If brands are going to “celebrate” Pride, I want it to be genuine. I want the majority to all of the profits being donated. I want them to draw attention to things that are facing the community. I want at least some acknowledgement outside of June. I want acknowledgement that other countries exist and that we have our own LGBT struggles and history. I want to see more variety and diversity in marketing year round (for beauty brands, anyone can wear makeup! Makeup shouldn’t be gendered. Have masculine men, and trans men, and butches! Stop having the naming and branding being so heteronormative [@ The Balm haha]). Stop making the marketing surrounding this about how great you are for remembering Pride is a thing. Make products that aren’t just obviously queerbaiting, like naming an eyeliner “Stonewall”. The eyeliner has nothing to do with Stonewall. You could have named it anything and released it at any time, and it still would’ve made sense!

I’m sorry this was quite long! I’ve had a lot of thoughts about this recently. I’ve also had my hardcore painkillers (chronic pain sucks) so I hope I made sense! Thank you for talking about this, Christine! It’s something that I would really like more critical discussion about, especially as LGBT culture becomes more mainstream.

Long is not a problem, Celena — thank you for taking the time to share your personal feelings on the topic! I found how your feelings changed over time to be particularly interesting.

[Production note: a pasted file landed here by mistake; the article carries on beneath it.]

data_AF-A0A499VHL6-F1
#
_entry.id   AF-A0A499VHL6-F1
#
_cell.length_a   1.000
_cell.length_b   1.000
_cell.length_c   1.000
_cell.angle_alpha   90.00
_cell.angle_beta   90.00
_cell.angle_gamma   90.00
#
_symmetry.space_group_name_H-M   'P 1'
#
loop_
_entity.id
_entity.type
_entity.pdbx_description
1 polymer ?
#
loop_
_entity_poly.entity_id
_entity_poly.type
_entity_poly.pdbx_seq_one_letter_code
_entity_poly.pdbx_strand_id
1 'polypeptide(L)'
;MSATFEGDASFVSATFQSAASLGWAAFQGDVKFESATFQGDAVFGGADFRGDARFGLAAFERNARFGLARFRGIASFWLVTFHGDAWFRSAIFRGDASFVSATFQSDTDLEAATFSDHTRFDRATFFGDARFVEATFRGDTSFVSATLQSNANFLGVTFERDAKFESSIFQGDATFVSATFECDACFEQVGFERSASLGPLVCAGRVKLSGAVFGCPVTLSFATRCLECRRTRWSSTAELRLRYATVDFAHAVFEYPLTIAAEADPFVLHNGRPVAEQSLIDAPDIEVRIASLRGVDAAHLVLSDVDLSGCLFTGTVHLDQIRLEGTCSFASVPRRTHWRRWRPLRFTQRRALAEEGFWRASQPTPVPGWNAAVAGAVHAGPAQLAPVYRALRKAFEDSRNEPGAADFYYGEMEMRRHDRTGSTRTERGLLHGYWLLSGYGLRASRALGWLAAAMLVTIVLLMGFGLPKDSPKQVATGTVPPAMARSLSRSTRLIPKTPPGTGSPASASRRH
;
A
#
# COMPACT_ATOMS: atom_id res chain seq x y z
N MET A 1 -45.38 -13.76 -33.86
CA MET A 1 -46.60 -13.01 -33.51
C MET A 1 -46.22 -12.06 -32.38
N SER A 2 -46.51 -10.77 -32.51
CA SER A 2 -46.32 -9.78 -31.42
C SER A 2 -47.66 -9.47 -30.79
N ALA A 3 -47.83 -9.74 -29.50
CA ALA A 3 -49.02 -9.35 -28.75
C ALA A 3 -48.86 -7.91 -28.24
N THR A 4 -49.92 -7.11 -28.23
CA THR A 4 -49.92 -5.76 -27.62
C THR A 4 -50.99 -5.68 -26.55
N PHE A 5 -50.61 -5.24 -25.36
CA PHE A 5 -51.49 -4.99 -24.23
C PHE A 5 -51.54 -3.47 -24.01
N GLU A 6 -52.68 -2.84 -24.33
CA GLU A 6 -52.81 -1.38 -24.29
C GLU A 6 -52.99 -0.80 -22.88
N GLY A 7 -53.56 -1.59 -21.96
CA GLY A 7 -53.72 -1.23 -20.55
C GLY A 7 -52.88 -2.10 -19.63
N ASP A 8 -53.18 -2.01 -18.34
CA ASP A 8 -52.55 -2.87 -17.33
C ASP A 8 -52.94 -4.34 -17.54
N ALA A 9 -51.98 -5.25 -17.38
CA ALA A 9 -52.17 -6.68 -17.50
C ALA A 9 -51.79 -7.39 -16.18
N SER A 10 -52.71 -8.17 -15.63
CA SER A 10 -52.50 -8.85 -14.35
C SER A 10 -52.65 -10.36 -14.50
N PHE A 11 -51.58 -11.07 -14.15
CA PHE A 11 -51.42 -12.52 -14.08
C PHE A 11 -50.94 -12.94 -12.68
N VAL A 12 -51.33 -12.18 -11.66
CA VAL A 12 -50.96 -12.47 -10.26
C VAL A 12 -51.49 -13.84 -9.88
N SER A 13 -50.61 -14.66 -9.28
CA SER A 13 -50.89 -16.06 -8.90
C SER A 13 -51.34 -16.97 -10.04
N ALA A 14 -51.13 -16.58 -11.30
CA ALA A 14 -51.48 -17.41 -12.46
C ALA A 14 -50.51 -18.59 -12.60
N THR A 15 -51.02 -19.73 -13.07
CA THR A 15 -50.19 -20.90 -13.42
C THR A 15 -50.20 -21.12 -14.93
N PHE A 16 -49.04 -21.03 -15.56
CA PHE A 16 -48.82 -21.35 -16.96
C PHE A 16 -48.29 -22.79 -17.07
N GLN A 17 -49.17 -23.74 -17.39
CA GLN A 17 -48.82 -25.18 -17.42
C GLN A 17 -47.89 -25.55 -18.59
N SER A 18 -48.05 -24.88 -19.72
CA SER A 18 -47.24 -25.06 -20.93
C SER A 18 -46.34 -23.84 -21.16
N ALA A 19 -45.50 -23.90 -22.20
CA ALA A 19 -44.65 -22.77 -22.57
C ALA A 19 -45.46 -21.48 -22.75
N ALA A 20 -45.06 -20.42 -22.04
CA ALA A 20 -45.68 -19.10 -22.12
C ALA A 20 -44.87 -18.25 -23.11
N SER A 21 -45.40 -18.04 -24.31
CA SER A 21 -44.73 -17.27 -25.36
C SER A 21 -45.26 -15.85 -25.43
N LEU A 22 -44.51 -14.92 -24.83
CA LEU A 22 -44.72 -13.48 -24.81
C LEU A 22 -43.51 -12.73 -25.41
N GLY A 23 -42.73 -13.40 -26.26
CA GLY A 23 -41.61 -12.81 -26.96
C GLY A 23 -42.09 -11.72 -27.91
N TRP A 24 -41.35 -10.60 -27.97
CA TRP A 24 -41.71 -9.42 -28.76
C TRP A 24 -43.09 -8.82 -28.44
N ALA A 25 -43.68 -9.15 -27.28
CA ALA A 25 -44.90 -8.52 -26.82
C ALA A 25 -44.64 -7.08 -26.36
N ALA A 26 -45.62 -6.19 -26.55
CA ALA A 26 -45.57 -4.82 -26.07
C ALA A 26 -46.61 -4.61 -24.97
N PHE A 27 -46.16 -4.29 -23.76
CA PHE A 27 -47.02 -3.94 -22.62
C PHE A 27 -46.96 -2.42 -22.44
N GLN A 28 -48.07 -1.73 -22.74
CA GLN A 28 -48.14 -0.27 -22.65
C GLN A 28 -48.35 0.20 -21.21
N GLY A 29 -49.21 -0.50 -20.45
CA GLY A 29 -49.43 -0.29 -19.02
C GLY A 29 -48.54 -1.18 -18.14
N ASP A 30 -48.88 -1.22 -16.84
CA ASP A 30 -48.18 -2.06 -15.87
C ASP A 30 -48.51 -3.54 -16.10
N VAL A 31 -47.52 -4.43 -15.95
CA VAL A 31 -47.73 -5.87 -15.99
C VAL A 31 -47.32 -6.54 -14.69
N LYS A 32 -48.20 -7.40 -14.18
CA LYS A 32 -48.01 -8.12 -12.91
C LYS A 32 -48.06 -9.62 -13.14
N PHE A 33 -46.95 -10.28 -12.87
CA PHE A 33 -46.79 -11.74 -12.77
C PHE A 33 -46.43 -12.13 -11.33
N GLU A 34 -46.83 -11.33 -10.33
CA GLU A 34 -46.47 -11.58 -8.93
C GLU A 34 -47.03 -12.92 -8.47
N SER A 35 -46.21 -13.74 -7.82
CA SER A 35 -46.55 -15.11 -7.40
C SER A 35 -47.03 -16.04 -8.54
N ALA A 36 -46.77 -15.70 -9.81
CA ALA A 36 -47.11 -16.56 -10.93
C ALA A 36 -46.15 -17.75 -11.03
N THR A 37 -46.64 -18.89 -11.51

I hear this, so much! I’m bi, not lesbian, but you’re absolutely right that the word “lesbian” just still seems like a hot potato. Yes to the problematic product naming (especially but by far not exclusively at The Balm!), yes to the raised eyebrows at a “Stonewall” named liner, yes to all of it.

I did hear a friend recently quote that “To be a lesbian is to be un-commodifiable,” Maybe there’s a really interesting research project out there about whether the lack of queer women in marketing is self-selecting to some degree. As one point of anecdata, I know only one lesbian who used to work in marketing, and she now works in a very different career; I’ll refrain from divulging the details of her personal story here.

Hi! I’d love to be in your lesbian/queer women beauty club 🙂 I feel like so often we get pegged as butch/tomboys who don’t care about makeup (I’m better at makeup than all my straight friends so…) or the “sexy” one who exists for the Male Gaze’s enjoyment.

My wife isn’t quite the product-junkie that I am, but between the two of us our apartment is a bit overflowing with beauty products. One of my favorite memories of our wedding day was the two of us getting ready together and helping each other with hair and makeup <3